He noted before the season that he had won championships, a lot of races and met some great people and that he really didn’t feel like he had anything left to prove.
Feeling that way, coupled with the grind of trekking to bullrings around the country week after week with a family and small child at home, probably made the decision easier to make. Also, in the wake of the recent race-related deaths of peers Jason Leffler and Josh Burton, if his heart wasn’t in it, why risk his health?
With all of his success, there were many fans who seemingly would show up to the track just to boo him, but everyone who witnessed his prowess would be lying if they said they weren’t impressed with his ability.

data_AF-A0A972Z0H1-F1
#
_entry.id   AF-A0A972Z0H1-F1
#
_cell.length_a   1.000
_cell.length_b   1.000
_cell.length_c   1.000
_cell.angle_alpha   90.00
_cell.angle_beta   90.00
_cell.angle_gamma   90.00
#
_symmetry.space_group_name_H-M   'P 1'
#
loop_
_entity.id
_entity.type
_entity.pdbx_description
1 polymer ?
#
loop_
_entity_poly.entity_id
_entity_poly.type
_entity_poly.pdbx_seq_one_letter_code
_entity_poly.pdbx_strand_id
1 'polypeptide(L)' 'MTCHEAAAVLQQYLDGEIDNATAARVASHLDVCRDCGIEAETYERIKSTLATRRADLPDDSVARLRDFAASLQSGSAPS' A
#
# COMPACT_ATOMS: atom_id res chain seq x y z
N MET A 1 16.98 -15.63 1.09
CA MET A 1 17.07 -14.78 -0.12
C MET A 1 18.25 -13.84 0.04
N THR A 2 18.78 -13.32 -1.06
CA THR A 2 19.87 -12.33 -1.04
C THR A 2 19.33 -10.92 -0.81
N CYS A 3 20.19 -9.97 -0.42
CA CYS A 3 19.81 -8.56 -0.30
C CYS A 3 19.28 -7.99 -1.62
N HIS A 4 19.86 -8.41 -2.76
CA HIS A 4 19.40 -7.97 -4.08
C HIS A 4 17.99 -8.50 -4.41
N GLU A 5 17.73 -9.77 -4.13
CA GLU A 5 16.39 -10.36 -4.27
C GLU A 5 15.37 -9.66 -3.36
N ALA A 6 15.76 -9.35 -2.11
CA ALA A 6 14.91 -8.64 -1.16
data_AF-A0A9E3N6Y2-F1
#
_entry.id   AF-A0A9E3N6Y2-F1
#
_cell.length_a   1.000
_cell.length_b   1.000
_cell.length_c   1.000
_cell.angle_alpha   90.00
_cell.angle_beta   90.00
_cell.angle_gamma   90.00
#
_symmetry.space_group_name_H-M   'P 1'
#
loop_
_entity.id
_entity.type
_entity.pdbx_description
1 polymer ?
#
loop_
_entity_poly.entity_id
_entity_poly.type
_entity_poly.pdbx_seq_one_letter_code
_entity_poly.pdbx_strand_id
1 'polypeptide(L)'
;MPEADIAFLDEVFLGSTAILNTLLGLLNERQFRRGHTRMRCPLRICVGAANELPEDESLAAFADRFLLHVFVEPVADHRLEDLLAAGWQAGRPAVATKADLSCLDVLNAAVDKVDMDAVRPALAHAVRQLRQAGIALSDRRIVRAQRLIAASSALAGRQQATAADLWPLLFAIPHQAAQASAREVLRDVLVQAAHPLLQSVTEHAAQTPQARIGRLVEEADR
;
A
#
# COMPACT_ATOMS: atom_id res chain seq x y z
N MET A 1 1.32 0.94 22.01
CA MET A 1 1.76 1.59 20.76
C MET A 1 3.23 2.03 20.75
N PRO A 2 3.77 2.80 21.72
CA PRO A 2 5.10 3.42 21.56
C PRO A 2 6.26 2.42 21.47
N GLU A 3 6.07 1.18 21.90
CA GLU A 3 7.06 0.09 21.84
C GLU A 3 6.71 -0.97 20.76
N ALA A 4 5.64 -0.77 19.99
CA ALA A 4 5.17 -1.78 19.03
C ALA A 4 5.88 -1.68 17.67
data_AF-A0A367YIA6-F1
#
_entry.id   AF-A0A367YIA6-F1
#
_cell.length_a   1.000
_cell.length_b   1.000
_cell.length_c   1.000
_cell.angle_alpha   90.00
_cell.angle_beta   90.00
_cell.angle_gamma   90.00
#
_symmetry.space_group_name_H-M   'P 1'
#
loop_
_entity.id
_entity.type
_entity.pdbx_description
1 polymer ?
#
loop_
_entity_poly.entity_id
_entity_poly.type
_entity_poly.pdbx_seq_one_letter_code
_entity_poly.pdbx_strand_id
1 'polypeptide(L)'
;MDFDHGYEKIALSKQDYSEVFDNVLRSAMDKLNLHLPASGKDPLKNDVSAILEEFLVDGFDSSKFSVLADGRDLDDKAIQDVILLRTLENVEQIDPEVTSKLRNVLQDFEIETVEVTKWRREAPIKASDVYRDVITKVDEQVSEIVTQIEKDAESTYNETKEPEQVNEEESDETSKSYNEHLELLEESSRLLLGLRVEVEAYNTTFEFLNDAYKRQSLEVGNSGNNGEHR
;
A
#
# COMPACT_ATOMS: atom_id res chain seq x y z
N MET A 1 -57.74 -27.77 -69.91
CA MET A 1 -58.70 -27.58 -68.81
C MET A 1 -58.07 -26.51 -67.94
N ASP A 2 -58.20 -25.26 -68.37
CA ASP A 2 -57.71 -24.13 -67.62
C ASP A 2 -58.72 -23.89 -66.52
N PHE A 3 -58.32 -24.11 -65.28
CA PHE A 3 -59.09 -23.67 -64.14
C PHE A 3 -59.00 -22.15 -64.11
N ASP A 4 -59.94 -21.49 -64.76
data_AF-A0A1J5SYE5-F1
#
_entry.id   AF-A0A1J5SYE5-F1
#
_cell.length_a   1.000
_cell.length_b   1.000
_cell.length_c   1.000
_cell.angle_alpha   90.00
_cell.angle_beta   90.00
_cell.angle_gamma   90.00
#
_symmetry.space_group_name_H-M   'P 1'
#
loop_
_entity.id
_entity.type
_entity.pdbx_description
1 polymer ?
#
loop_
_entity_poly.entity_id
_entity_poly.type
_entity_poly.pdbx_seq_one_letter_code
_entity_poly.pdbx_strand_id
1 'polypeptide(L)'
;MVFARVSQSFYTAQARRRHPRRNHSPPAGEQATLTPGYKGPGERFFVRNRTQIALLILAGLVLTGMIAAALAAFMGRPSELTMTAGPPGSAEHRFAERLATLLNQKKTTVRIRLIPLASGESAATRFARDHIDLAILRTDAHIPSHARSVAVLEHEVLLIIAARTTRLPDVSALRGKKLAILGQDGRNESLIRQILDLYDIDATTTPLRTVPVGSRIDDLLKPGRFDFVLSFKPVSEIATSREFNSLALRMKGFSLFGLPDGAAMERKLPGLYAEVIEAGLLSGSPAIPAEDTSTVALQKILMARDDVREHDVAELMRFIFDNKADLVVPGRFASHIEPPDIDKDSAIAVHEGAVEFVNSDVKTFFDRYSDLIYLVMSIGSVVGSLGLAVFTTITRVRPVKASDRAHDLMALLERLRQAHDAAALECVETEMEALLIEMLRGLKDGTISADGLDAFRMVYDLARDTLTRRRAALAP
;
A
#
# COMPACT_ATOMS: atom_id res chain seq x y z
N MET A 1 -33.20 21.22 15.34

The thing I liked most about Jones was that even with his laundry list of accomplishments, he never took himself too seriously or the success for granted. He was just as hospitable to the fans and the media after his seven titles as he was when he was just a fresh-faced teenager hoping for success.
In a press release, Jones noted that he was looking forward to spending time with his family and in his family’s business. His family owns a handful of Rural King stores in Illinois and he used to joke that when he wasn’t racing, there were days he would be cleaning the bathrooms at one of the family-owned stores.
Here’s a tip of the hat to a sure-fire future Hall of Famer who opted to step away with class while he was still on top and on his own terms. Best of luck to him in the future and hopefully he might well return to the sport one day again, maybe as a team owner.